John Kenneth Galbraith, the economist, once remarked that the only benefit of economic forecasting was to make astrology respectable.
As executives pour over the multitude of forecasts for the coming year and beyond from respected economists, stock market analysts, debt rating agencies, business commentators and the like, in a bid to anticipate the immediate future, the highly respected Economist magazine offers a few alternatives:
For years they have been publishing a Mac index. This is a price comparison of a typical McDonalds hamburger across countries to assess different inflation dynamics and purchasing power parities.
They also carried out research at the beginning of the year by soliciting economic forecasts from respected business sources and London binmen. The latter did allright by the way!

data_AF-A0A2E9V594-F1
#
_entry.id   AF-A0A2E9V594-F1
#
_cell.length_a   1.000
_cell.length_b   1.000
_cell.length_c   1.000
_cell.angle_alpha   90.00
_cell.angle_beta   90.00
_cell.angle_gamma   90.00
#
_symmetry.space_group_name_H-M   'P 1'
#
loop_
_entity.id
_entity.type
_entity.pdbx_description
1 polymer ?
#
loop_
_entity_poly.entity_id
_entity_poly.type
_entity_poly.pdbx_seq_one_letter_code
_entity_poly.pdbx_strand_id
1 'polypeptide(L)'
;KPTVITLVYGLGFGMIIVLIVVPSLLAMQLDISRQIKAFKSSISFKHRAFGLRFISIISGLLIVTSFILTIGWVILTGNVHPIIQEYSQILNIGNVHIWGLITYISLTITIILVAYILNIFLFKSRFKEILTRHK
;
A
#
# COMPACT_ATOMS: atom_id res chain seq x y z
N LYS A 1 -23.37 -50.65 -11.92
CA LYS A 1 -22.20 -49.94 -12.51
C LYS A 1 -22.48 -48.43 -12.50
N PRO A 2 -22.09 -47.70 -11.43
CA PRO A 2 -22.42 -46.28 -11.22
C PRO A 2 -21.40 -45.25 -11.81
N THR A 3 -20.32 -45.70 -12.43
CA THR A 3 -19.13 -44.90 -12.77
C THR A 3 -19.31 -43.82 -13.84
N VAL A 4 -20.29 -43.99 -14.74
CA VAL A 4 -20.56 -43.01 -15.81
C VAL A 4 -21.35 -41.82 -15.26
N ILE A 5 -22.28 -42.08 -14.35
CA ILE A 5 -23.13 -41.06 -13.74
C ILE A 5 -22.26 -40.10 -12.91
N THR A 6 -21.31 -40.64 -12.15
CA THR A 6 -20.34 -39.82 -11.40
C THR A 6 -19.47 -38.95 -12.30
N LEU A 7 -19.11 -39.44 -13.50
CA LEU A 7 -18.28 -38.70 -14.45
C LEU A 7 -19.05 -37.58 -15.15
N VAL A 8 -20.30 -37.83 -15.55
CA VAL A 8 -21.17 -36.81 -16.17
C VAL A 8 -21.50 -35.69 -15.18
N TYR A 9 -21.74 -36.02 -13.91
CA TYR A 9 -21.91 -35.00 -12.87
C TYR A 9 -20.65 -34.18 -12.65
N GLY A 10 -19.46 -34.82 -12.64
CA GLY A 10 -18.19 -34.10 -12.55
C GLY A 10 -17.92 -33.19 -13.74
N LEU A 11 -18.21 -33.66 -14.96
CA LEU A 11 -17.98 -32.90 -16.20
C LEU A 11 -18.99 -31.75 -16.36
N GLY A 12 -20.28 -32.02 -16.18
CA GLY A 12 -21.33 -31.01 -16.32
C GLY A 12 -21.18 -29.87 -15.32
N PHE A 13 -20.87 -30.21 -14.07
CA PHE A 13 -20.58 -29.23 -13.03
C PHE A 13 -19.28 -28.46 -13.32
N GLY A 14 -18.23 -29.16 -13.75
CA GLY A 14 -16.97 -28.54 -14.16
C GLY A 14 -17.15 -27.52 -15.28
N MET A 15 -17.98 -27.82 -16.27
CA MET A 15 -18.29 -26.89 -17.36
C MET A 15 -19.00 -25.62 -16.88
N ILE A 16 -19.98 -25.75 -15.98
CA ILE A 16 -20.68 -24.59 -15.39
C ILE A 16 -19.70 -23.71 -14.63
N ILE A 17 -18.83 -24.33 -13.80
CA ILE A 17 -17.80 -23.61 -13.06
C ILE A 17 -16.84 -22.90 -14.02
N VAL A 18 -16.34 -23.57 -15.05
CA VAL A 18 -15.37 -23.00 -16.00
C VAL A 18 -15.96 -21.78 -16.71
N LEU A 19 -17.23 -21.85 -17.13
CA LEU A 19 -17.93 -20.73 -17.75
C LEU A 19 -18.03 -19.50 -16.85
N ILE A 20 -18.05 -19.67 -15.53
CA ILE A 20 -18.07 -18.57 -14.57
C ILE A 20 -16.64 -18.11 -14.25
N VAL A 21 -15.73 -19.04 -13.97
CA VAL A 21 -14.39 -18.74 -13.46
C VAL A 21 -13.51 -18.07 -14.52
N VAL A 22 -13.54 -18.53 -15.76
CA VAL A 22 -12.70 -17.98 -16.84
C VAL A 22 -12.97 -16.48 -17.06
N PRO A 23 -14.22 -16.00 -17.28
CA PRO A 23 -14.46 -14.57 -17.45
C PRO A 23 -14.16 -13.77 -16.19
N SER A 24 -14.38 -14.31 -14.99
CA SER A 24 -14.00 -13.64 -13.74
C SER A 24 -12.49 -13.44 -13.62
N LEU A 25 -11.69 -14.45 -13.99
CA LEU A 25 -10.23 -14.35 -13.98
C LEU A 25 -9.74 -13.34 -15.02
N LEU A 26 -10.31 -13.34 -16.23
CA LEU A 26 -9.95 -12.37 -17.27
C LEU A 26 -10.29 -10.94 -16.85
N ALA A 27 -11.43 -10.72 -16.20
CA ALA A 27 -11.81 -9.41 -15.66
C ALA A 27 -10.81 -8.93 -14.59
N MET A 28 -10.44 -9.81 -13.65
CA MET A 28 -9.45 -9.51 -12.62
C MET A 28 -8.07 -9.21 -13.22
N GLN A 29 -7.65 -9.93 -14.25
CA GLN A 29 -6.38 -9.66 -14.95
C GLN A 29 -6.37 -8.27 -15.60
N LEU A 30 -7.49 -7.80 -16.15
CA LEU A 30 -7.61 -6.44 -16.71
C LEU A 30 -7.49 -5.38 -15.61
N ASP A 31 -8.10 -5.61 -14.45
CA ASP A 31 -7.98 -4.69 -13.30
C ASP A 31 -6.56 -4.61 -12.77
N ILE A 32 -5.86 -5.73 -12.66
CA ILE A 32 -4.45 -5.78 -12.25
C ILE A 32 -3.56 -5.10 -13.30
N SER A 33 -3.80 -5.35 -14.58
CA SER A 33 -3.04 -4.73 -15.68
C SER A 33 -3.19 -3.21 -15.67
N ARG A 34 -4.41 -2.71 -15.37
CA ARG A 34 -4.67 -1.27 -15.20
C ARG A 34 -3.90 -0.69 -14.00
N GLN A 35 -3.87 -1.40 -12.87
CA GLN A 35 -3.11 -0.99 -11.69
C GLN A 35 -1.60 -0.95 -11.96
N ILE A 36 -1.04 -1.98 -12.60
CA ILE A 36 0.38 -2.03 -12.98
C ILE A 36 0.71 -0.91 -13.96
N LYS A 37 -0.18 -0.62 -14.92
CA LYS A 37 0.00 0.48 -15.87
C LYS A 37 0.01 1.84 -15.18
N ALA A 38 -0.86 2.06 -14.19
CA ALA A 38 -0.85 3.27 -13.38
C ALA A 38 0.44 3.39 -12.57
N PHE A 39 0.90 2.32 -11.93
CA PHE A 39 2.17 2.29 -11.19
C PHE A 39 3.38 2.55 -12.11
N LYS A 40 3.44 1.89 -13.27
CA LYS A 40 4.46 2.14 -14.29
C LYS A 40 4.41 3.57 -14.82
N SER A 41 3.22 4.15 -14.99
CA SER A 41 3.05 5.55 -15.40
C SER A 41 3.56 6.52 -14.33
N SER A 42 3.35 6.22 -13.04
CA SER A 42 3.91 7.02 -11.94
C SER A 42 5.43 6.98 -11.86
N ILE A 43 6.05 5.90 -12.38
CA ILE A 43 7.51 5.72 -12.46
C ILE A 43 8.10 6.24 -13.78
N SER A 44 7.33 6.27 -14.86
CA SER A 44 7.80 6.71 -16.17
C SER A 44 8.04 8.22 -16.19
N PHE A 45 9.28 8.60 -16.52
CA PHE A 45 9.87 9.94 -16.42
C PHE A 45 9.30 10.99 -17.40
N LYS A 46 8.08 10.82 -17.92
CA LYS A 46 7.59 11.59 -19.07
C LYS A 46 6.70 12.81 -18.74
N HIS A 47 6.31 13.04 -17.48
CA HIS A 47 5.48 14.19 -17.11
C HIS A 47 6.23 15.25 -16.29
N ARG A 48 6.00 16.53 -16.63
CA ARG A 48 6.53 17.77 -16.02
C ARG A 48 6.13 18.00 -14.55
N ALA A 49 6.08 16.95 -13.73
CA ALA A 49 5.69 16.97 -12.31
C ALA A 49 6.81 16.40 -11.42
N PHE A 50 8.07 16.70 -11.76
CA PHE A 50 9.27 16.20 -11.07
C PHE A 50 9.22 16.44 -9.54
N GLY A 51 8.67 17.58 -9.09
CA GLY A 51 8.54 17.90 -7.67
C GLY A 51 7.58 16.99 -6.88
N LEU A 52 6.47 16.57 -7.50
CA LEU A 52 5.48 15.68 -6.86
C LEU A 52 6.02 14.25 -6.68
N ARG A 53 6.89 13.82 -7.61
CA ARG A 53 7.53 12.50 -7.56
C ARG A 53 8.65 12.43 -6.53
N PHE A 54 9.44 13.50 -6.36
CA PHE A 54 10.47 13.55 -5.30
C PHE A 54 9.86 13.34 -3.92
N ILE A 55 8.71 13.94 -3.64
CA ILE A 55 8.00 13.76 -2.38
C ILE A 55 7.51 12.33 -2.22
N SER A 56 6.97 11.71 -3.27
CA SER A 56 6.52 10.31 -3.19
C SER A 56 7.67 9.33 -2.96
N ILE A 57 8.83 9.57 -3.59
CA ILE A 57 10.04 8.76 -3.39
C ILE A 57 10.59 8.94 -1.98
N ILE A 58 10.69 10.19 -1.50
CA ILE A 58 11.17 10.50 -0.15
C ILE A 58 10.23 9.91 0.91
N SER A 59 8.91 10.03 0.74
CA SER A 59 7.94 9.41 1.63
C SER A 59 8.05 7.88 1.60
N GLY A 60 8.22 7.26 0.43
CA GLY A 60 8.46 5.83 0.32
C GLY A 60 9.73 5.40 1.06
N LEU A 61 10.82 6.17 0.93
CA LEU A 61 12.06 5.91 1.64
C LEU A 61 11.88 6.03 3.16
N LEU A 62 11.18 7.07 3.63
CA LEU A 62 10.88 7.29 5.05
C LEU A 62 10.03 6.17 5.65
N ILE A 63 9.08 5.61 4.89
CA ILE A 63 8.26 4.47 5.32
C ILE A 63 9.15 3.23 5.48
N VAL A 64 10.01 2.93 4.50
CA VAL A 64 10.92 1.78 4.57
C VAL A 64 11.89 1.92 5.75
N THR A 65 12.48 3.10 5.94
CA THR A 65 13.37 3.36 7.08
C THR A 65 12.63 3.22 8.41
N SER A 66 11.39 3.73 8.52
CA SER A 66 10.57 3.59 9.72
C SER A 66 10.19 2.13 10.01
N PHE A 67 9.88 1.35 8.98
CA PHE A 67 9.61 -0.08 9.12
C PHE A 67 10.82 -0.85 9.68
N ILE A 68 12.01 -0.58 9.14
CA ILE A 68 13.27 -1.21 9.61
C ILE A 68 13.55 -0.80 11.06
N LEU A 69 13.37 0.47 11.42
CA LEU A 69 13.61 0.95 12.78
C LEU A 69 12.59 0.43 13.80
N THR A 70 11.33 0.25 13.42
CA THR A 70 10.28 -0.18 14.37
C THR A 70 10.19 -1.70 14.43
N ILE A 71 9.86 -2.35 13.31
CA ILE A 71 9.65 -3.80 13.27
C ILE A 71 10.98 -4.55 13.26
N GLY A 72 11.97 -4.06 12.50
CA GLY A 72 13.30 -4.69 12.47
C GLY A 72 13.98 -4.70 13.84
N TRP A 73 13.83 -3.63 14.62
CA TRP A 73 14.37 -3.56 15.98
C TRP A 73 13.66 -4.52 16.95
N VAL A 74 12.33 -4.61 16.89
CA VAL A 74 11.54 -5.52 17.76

The Economist also published an article about what thieves and robbers are likely to steal nowadays. No longer are CDs and DVDs top of the pile. In fashion are smartphones, PCs and jewellery. Thieves may sometimes be drug addicts but they still understand the economics of value and wealth creation.
There is a serious point to these (not so) frivolous examples. Knowledge in organisations can often come from very unlikely sources. We constantly encourage our clients to seek contributions from as many varied sources as possible, both from within and outside the organisation.
The Board and executive teams do not have a monopoly on knowledge about the environment in which an organisation operates. To behave in that way is both limiting and dangerous.